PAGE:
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Hike of the Week for Friday, May 13, 2011

Interurban Trail

Traipse along an old trolley line through suburban Snohomish County

Article and photo by Craig Romano

Interurban Trail
Big trees line the trail as it passes through
suburban Snohomish County.

Quick Facts

Location: Mountlake Terrace, Edmonds and Lynnwood

Land Agency: Snohomish County Parks

Roundtrip: 5.0 miles

Elevation Gain: Minimal

Contact: Snohomish County Parks; www1.co.snohomish.wa.us/Departments/Parks

Notes: Dogs permitted on leash.

Access: From I-5 take exit 178. Head west on 236th Street SW which eventually becomes Lakeview Drive. After about one mile, reach Lake Ballinger Park; park here.

Usually when one thinks about hiking in Snohomish County, the densely populated western reaches of the county aren’t considered. Granted, Edmonds, Lynnwood, Mountlake Terrace, and Everett are generally places where people live, work and shop, not hike. But don’t discount these places when it comes to trails; for one of the county’s longest trails, the Interurban Trail traverses these communities and ties them together.

Nearly 20 miles long and running from Mountlake Terrace on the King-Snohomish County border all the way Everett and tying in with the Lowell Riverfront Trail; the paved Interurban Trail offers plenty of short hiking opportunities. While mostly used as a bicycling and running path and favored by cycling commuters, this trail also offers some pleasant walking. Parts of the trail utilize sidewalks along roadways, but the majority of the trail is a separate path, and the southernmost section from Lake Ballinger Park to the Lynnwood Transit Center on 44th Ave offers some of the nicest walking along this former trolley line.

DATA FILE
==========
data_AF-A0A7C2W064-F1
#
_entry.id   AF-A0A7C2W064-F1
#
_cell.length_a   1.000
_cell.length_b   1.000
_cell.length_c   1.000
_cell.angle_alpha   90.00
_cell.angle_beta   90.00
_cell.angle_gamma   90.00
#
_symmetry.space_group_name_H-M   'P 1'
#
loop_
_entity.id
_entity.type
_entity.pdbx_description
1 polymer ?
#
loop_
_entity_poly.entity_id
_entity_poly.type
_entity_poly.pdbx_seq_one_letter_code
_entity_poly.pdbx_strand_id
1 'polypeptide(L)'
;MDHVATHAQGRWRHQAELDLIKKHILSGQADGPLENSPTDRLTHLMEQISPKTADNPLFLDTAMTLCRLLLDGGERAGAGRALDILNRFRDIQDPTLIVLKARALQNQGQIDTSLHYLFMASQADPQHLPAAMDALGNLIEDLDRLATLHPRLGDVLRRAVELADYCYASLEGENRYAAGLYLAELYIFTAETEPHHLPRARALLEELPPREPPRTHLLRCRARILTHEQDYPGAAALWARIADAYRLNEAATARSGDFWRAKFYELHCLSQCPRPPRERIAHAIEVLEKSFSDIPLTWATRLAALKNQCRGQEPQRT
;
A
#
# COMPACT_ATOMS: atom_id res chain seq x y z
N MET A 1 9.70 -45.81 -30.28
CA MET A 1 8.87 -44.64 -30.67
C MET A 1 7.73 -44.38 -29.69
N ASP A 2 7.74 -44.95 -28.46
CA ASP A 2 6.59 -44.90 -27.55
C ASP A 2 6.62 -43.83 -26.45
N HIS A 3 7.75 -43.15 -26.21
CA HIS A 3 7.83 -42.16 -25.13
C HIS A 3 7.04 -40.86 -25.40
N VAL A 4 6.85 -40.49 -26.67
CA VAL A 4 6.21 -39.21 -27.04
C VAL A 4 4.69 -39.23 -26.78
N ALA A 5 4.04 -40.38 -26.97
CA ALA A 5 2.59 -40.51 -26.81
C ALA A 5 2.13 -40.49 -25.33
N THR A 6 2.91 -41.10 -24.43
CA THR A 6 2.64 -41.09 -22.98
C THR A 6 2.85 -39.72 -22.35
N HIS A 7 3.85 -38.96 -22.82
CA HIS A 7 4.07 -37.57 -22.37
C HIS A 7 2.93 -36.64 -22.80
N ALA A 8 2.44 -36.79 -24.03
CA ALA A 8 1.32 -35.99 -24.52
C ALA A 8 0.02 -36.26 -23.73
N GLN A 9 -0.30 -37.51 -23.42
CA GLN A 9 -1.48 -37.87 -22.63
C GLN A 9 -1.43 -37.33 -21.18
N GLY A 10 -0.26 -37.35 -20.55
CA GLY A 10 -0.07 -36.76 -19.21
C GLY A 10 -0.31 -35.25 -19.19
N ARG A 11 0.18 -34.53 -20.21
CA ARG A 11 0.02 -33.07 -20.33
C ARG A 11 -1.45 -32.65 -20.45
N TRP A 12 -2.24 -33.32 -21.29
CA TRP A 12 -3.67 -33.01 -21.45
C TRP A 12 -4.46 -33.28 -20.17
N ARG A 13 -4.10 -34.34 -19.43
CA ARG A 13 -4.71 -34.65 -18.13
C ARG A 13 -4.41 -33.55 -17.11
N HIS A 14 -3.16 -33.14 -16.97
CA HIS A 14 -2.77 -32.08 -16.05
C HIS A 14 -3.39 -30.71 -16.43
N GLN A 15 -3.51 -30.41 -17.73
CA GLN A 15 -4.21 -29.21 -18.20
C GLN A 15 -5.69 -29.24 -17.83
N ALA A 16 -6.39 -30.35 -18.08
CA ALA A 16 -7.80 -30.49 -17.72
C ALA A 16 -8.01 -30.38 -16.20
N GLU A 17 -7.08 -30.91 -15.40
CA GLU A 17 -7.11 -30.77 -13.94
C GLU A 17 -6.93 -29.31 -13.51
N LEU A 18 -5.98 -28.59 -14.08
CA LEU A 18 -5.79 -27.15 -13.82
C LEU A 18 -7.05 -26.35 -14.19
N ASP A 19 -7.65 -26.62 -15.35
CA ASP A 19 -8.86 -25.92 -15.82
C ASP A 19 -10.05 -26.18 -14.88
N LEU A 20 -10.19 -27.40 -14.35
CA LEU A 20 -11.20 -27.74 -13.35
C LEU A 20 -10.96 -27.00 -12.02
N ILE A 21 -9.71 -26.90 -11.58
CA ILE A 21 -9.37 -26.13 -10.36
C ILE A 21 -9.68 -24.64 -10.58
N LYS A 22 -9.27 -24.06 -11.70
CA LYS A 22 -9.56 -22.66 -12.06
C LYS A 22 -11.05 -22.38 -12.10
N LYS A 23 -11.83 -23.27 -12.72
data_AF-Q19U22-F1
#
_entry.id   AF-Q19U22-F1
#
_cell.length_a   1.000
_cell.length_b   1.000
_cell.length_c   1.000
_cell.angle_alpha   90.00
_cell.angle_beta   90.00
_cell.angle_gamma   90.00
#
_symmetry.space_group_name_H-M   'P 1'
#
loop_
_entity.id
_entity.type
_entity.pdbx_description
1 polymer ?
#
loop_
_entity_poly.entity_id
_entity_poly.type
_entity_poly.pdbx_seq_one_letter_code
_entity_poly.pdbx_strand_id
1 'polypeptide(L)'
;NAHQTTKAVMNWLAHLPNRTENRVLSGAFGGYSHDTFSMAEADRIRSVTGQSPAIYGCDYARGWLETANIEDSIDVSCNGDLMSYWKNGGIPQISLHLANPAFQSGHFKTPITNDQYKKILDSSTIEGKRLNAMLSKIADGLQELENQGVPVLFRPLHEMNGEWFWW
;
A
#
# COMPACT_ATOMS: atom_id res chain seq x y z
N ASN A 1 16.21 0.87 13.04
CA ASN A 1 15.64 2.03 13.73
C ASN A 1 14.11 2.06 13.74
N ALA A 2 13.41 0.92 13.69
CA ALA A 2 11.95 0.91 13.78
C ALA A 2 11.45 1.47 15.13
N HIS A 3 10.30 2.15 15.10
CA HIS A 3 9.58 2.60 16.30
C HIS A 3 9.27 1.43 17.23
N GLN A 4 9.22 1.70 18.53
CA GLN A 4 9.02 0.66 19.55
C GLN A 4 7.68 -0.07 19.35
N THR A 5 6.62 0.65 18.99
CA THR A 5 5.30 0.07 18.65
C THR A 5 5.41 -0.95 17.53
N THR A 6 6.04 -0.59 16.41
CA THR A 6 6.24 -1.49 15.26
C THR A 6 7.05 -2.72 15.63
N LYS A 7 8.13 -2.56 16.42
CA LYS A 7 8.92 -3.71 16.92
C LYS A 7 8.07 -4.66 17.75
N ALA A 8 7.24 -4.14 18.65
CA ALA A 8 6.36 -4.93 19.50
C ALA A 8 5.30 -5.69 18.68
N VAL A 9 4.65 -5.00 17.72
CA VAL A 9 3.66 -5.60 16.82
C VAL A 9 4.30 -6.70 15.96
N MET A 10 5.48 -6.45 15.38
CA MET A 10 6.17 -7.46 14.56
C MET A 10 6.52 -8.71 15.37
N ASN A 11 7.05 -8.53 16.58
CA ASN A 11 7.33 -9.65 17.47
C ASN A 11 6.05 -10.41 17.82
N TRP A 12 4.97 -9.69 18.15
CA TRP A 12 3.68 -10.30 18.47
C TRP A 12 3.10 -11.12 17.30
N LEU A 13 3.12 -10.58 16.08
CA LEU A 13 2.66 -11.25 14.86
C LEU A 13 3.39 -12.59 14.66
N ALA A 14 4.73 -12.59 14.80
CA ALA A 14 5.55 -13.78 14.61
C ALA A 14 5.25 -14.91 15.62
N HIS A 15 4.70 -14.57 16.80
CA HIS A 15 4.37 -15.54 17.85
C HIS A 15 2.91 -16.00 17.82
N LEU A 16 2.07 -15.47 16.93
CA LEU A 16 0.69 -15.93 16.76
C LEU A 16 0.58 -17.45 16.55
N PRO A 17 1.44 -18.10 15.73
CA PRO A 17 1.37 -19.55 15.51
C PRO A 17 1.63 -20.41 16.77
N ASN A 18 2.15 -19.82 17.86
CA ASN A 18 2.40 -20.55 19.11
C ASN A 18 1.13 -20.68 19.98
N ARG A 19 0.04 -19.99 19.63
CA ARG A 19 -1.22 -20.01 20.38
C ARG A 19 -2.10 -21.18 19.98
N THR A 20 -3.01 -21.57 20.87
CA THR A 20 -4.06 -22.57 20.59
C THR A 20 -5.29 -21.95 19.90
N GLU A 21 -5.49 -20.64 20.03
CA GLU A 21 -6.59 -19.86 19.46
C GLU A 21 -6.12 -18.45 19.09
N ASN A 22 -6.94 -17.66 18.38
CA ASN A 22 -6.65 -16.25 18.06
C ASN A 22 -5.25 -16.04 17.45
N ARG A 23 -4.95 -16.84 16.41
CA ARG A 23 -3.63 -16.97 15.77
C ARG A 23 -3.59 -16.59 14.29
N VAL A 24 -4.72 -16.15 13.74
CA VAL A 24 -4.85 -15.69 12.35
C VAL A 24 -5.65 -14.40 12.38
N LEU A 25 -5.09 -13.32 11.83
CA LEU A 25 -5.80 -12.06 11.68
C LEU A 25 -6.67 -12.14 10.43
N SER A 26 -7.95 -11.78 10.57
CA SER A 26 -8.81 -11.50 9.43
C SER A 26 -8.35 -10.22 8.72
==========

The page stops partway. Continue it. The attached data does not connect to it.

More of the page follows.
From Lake Ballinger Park walk the sidewalk along Lakeview Drive to access the southern terminus of the trail. En route pass a small wetland area with a short and pleasant nature trail. Now walk north primarily through residential areas, but with enough big trees lining the way to make the area feel less urban than it is. A few underpasses have been built at busy intersections while other crossings require short detours—all signed and all pedestrian safe.

From 1910 until 1939 this trail corridor served as a rail line for electric trolleys running between Seattle and Everett. In essence a form of light rail, interurban lines serviced metropolitan areas all across America, until automobiles eventually gained more favor. This interurban line was the last to remain in service in Washington. There are some historic displays along the trail. Try to imagine what it was like back then, when Mountlake Terrace and Lynnwood didn’t even exist—and Edmonds and Everett were confined to their waterfronts.

Today this trail not only reminds of us of a past transportation mode but is increasingly being used as a transportation route by bicycle commuters. Contrast the freedom of movement along the trail next to clogged I-5 and quickly see its appeal. County and park officials would like to someday link this trail with the Interurban Trail in Shoreline making it possible to bike or hike between Seattle and Everett without resorting to busy roads.

Enter our new contest to win two of my guidebooks (Day Hiking North Cascades and Day Hiking Central Cascades). Just correctly guess how much snow will be on the ground at the Paradise Ranger Station at Mt Rainier National Park on Father's Day (June 19). Visit www.snohomish.org/index.php?page_id=597 for details and to make your prediction!

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